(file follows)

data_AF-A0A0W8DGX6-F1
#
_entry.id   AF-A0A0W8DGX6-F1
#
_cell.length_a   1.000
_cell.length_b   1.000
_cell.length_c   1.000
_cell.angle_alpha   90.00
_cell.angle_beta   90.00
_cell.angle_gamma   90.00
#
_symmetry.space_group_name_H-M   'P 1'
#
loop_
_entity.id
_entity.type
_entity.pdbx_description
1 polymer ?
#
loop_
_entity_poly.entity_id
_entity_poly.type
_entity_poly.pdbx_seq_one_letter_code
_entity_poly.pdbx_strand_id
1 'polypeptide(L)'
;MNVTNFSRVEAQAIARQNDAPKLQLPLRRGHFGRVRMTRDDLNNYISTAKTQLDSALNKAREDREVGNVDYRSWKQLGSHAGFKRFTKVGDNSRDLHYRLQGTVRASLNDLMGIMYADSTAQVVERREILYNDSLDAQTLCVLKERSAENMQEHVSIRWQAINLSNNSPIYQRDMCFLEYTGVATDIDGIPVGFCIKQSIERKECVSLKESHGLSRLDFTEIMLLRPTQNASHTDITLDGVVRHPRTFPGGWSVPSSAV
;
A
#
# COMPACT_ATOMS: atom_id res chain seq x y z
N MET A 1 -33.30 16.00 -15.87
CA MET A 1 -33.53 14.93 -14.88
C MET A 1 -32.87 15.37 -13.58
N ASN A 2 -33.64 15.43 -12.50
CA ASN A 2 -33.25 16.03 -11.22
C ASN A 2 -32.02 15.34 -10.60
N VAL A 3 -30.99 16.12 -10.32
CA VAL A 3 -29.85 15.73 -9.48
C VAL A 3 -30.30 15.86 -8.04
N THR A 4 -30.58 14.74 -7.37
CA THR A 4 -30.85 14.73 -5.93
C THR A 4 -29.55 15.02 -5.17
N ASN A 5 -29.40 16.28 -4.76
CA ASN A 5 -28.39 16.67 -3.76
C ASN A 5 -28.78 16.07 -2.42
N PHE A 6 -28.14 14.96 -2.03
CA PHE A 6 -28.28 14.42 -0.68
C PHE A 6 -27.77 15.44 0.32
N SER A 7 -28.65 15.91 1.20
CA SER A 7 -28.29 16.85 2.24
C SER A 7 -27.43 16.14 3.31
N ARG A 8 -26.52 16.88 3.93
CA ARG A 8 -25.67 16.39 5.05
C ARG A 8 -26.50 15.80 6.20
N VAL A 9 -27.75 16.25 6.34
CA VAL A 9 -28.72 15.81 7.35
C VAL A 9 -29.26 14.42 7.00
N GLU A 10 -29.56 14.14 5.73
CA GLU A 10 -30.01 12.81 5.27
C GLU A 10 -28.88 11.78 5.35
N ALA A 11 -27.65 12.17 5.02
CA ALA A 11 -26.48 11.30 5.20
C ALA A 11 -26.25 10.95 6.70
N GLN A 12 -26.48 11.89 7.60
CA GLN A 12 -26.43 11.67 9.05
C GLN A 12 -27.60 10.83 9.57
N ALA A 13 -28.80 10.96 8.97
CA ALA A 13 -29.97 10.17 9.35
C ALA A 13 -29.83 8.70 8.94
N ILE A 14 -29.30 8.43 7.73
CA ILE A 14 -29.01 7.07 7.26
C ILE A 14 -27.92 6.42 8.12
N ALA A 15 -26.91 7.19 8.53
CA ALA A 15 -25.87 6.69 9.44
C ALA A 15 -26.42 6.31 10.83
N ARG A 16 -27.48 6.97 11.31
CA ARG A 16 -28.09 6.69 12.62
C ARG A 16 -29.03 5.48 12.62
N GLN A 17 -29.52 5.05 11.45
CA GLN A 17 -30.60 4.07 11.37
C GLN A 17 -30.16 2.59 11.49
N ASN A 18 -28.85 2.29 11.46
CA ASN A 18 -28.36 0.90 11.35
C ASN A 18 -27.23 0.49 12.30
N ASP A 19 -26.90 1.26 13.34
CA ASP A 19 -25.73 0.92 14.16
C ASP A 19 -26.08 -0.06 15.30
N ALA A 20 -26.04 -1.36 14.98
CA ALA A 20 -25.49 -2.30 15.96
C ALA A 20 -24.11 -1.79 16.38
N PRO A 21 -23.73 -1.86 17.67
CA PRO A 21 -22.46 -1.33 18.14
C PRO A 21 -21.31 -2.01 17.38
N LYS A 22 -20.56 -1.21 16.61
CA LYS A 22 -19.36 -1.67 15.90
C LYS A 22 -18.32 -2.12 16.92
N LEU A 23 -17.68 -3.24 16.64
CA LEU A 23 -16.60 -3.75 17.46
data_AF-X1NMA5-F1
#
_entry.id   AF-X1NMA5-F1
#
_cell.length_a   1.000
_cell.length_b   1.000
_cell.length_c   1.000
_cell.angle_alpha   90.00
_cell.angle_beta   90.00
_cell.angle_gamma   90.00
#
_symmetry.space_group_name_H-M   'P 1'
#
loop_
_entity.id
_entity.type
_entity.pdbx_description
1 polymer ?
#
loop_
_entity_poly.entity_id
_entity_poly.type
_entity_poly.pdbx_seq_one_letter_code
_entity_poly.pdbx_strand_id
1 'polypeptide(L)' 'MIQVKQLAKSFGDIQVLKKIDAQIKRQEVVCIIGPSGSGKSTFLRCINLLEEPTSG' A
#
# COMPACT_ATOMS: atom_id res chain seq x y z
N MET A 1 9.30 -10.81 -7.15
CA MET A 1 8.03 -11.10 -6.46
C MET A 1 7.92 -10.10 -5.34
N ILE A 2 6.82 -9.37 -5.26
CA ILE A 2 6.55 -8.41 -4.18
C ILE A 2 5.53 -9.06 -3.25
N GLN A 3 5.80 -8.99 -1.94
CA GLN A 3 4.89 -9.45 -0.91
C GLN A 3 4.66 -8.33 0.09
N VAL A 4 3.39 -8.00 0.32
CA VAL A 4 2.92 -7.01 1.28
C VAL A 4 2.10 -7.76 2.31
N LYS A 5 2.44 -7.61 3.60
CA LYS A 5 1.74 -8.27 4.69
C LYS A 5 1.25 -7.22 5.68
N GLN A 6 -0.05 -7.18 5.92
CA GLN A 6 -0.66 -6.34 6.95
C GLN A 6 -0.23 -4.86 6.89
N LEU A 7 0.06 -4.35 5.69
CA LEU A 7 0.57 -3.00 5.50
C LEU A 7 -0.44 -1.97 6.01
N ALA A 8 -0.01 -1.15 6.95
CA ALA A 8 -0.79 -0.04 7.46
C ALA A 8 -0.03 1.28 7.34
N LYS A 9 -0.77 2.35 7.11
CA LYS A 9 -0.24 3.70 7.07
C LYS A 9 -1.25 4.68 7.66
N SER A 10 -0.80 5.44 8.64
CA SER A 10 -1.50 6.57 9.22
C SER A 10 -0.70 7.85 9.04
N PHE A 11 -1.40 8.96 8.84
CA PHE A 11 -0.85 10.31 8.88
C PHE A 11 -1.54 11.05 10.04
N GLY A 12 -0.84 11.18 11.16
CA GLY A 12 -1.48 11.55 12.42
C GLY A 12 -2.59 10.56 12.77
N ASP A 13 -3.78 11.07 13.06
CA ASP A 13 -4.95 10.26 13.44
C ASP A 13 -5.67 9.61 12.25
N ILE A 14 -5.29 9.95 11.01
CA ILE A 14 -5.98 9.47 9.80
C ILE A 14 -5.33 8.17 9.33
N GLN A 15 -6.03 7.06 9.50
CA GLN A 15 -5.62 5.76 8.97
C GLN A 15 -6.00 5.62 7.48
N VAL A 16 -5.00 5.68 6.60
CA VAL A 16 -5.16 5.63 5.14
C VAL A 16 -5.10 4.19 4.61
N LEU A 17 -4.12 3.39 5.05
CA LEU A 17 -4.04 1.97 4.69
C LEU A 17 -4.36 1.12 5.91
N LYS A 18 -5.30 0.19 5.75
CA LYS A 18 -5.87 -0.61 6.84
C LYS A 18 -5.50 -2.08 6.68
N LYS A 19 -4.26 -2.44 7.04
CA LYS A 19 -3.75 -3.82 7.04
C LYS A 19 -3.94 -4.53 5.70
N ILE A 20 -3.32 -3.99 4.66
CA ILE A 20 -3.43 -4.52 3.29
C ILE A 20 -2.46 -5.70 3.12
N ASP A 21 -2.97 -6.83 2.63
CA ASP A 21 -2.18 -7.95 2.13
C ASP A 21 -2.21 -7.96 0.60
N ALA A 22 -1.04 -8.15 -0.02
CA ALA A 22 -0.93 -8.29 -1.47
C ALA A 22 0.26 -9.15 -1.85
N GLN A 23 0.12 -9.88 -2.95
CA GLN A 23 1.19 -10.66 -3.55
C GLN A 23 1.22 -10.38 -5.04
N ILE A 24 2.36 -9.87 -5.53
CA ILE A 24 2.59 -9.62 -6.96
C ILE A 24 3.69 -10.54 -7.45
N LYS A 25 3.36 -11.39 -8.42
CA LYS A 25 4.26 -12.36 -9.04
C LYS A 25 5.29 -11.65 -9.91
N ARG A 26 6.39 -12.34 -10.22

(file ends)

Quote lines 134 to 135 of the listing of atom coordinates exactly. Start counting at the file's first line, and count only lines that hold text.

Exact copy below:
C GLN A 3 4.66 -8.33 0.09
N VAL A 4 3.39 -8.00 0.32